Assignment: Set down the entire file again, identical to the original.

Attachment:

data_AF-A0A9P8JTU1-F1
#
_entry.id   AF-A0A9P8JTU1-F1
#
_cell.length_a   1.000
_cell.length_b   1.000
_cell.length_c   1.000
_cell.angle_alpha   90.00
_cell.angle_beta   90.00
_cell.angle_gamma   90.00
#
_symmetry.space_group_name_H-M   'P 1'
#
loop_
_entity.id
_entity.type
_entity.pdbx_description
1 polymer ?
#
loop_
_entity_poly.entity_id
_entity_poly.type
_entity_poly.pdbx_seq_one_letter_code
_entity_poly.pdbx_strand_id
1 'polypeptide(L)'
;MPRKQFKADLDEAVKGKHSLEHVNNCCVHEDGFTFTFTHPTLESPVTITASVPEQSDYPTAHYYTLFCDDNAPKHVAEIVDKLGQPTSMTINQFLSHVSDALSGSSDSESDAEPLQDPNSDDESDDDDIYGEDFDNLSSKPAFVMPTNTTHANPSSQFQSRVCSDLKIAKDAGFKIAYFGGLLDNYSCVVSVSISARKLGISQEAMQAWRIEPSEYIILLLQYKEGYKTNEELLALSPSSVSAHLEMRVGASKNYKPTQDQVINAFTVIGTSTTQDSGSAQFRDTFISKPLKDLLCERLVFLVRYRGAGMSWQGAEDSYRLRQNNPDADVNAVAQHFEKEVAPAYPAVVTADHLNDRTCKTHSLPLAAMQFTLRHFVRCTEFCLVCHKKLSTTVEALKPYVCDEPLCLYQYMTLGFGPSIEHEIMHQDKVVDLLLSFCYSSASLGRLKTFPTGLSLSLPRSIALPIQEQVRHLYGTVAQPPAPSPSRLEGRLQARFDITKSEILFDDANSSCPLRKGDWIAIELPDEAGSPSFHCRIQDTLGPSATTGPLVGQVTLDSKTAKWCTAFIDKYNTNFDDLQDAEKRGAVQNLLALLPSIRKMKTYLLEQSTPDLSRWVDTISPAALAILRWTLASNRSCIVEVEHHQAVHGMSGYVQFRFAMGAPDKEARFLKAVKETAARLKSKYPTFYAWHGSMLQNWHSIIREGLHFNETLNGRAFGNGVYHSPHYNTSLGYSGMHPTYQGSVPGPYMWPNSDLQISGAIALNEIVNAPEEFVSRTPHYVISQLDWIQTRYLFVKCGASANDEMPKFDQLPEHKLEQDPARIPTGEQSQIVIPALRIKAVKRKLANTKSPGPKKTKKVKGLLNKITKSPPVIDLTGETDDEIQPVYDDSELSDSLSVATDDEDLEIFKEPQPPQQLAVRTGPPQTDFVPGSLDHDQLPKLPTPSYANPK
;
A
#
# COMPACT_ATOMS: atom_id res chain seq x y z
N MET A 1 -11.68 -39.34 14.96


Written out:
data_AF-A0A9P8JTU1-F1
#
_entry.id   AF-A0A9P8JTU1-F1
#
_cell.length_a   1.000
_cell.length_b   1.000
_cell.length_c   1.000
_cell.angle_alpha   90.00
_cell.angle_beta   90.00
_cell.angle_gamma   90.00
#
_symmetry.space_group_name_H-M   'P 1'
#
loop_
_entity.id
_entity.type
_entity.pdbx_description
1 polymer ?
#
loop_
_entity_poly.entity_id
_entity_poly.type
_entity_poly.pdbx_seq_one_letter_code
_entity_poly.pdbx_strand_id
1 'polypeptide(L)'
;MPRKQFKADLDEAVKGKHSLEHVNNCCVHEDGFTFTFTHPTLESPVTITASVPEQSDYPTAHYYTLFCDDNAPKHVAEIVDKLGQPTSMTINQFLSHVSDALSGSSDSESDAEPLQDPNSDDESDDDDIYGEDFDNLSSKPAFVMPTNTTHANPSSQFQSRVCSDLKIAKDAGFKIAYFGGLLDNYSCVVSVSISARKLGISQEAMQAWRIEPSEYIILLLQYKEGYKTNEELLALSPSSVSAHLEMRVGASKNYKPTQDQVINAFTVIGTSTTQDSGSAQFRDTFISKPLKDLLCERLVFLVRYRGAGMSWQGAEDSYRLRQNNPDADVNAVAQHFEKEVAPAYPAVVTADHLNDRTCKTHSLPLAAMQFTLRHFVRCTEFCLVCHKKLSTTVEALKPYVCDEPLCLYQYMTLGFGPSIEHEIMHQDKVVDLLLSFCYSSASLGRLKTFPTGLSLSLPRSIALPIQEQVRHLYGTVAQPPAPSPSRLEGRLQARFDITKSEILFDDANSSCPLRKGDWIAIELPDEAGSPSFHCRIQDTLGPSATTGPLVGQVTLDSKTAKWCTAFIDKYNTNFDDLQDAEKRGAVQNLLALLPSIRKMKTYLLEQSTPDLSRWVDTISPAALAILRWTLASNRSCIVEVEHHQAVHGMSGYVQFRFAMGAPDKEARFLKAVKETAARLKSKYPTFYAWHGSMLQNWHSIIREGLHFNETLNGRAFGNGVYHSPHYNTSLGYSGMHPTYQGSVPGPYMWPNSDLQISGAIALNEIVNAPEEFVSRTPHYVISQLDWIQTRYLFVKCGASANDEMPKFDQLPEHKLEQDPARIPTGEQSQIVIPALRIKAVKRKLANTKSPGPKKTKKVKGLLNKITKSPPVIDLTGETDDEIQPVYDDSELSDSLSVATDDEDLEIFKEPQPPQQLAVRTGPPQTDFVPGSLDHDQLPKLPTPSYANPK
;
A
#
# COMPACT_ATOMS: atom_id res chain seq x y z
N MET A 1 -11.68 -39.34 14.96